“The Olympic target is top, for sure, and that comes around every four years, but as a pathway and as a system, it’s about producing world-class bike riders. And I’d like to believe that that’s why riders want to be part of the programme: because they believe we can help them strive for their success.”
The 2017 road World Championships in Bergen provided proof for Yates’ pudding, with impressive results in all races from Team GB. “Standing on the podium is quantifiable, of course, but in Bergen across the board we had a team that stepped up in every discipline, every age group, both genders. To be in the race in pretty much every event was great to see, but as important was the feedback of strong team performances across the board.”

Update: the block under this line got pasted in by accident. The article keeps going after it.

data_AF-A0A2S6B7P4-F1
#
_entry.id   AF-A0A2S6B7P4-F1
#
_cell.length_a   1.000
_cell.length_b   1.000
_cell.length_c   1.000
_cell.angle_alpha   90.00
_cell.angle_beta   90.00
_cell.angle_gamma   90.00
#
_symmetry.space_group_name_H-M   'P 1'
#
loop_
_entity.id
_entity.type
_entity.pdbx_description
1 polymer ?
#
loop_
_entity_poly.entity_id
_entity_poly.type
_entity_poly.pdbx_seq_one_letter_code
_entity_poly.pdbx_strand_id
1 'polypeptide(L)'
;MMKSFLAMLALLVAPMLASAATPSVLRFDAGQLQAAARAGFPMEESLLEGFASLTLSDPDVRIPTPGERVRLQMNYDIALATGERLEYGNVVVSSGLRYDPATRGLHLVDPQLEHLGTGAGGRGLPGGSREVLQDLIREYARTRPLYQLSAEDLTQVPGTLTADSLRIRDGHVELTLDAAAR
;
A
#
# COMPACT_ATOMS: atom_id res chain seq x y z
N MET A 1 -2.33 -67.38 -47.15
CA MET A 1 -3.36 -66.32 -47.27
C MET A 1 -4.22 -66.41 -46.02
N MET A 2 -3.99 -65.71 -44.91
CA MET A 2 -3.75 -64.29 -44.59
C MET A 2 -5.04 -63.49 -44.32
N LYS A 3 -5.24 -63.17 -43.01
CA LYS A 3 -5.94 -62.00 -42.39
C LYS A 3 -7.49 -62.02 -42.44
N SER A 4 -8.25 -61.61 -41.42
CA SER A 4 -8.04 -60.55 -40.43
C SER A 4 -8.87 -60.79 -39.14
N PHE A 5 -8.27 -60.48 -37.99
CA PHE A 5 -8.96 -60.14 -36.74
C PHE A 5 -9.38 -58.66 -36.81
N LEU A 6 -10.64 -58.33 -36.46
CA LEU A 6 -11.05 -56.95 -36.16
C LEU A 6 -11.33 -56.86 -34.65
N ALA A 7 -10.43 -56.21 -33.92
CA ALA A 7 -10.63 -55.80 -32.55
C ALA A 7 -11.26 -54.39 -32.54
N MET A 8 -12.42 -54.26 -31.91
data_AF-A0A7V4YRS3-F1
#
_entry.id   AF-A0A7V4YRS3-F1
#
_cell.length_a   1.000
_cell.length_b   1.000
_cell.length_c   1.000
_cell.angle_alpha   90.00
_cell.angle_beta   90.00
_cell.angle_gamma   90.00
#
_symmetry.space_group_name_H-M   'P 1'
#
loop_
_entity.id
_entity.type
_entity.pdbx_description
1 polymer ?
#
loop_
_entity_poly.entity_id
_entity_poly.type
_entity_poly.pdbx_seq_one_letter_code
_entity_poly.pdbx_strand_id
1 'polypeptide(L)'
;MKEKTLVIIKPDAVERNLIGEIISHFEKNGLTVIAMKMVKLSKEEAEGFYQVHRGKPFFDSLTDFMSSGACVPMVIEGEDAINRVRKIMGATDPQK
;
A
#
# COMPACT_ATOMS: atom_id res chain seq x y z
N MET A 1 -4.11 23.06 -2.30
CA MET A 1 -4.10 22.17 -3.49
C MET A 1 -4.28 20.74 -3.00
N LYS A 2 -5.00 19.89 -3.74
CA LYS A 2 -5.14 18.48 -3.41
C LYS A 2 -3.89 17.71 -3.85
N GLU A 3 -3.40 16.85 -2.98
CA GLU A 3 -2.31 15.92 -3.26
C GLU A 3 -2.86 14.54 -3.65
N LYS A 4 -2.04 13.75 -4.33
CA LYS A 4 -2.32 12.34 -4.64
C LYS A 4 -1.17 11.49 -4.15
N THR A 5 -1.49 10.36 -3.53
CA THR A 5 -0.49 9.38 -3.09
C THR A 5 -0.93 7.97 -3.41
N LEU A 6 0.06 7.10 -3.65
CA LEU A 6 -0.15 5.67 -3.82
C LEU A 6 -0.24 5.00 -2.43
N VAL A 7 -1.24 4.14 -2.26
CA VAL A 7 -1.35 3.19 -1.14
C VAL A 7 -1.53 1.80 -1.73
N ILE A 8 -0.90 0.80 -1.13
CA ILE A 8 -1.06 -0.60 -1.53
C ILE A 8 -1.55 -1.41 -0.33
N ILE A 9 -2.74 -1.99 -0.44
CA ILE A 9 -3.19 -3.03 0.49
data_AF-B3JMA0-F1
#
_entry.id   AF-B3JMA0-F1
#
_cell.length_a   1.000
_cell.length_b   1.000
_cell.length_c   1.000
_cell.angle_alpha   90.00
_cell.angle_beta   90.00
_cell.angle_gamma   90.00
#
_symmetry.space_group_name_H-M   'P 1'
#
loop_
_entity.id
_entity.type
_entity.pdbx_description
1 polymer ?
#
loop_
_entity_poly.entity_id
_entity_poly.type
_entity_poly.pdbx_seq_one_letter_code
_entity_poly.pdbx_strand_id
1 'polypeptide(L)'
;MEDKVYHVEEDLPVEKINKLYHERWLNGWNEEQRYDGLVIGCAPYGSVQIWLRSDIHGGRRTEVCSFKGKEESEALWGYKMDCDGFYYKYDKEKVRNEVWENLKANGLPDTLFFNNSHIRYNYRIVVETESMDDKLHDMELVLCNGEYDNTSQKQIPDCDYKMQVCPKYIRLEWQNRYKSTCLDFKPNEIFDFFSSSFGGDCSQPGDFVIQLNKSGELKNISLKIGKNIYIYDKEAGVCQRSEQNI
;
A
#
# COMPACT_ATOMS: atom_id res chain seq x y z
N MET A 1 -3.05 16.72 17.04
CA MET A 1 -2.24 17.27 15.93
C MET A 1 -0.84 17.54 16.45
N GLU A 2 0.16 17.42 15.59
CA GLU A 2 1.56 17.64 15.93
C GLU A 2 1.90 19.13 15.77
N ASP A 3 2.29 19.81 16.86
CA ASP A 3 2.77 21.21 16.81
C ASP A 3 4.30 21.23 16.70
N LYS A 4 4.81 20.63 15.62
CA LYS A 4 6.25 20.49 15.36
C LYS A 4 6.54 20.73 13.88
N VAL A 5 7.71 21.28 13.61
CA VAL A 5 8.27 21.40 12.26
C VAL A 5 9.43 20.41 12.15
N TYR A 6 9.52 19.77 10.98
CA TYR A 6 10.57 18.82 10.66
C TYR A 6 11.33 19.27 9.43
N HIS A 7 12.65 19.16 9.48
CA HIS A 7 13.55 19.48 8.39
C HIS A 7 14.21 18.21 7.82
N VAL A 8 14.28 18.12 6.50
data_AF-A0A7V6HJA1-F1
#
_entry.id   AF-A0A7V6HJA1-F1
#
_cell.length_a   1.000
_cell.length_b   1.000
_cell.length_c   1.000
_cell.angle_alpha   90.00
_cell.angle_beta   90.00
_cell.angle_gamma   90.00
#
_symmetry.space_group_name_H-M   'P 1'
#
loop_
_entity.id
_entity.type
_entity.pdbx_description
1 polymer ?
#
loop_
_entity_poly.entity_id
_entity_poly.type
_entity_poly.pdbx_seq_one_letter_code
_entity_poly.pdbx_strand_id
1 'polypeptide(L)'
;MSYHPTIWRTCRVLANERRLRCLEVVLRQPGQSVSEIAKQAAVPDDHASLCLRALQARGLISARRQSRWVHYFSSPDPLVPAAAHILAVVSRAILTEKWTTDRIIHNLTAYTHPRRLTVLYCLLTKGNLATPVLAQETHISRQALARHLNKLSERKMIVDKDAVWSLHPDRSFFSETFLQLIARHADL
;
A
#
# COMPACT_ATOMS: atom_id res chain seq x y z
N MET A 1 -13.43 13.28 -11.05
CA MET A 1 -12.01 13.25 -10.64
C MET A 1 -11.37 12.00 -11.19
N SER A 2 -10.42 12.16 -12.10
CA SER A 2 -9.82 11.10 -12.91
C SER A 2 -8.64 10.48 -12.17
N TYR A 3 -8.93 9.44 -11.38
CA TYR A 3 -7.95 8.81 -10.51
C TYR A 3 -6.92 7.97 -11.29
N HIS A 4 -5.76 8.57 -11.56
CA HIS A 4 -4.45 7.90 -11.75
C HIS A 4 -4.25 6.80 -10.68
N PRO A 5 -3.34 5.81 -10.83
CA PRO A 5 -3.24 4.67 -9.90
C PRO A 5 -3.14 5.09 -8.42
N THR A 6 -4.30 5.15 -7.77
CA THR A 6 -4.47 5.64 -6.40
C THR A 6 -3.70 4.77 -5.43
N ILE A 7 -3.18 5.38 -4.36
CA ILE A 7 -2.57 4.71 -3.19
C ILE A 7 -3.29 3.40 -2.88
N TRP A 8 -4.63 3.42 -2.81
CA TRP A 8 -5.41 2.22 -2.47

Given that the anti-doping lecture we attended earlier was one hour long, and the next day’s media training session was three hours, I wondered if the induction week’s priorities were somewhat skewed. Is teaching them to talk in soundbite platitudes more important than learning about drugs?
“We have got 18, 19 and 20 year-olds. The ethos is to keep it short and sharp, to the point,” Yates explains. “From an anti-doping perspective, I think there is only so much you can say. It is pretty factual. The media training is much more engaging. As much as it says three hours on a piece of paper, it is more creative and hands-on.
“Last year, for example, they took the group across the road to the Manchester City ground and put them in front of the cameras in the media centre. That was a tangible, hands-on session, with everyone getting asked the difficult questions. You can be a little bit more creative with the delivery of that information.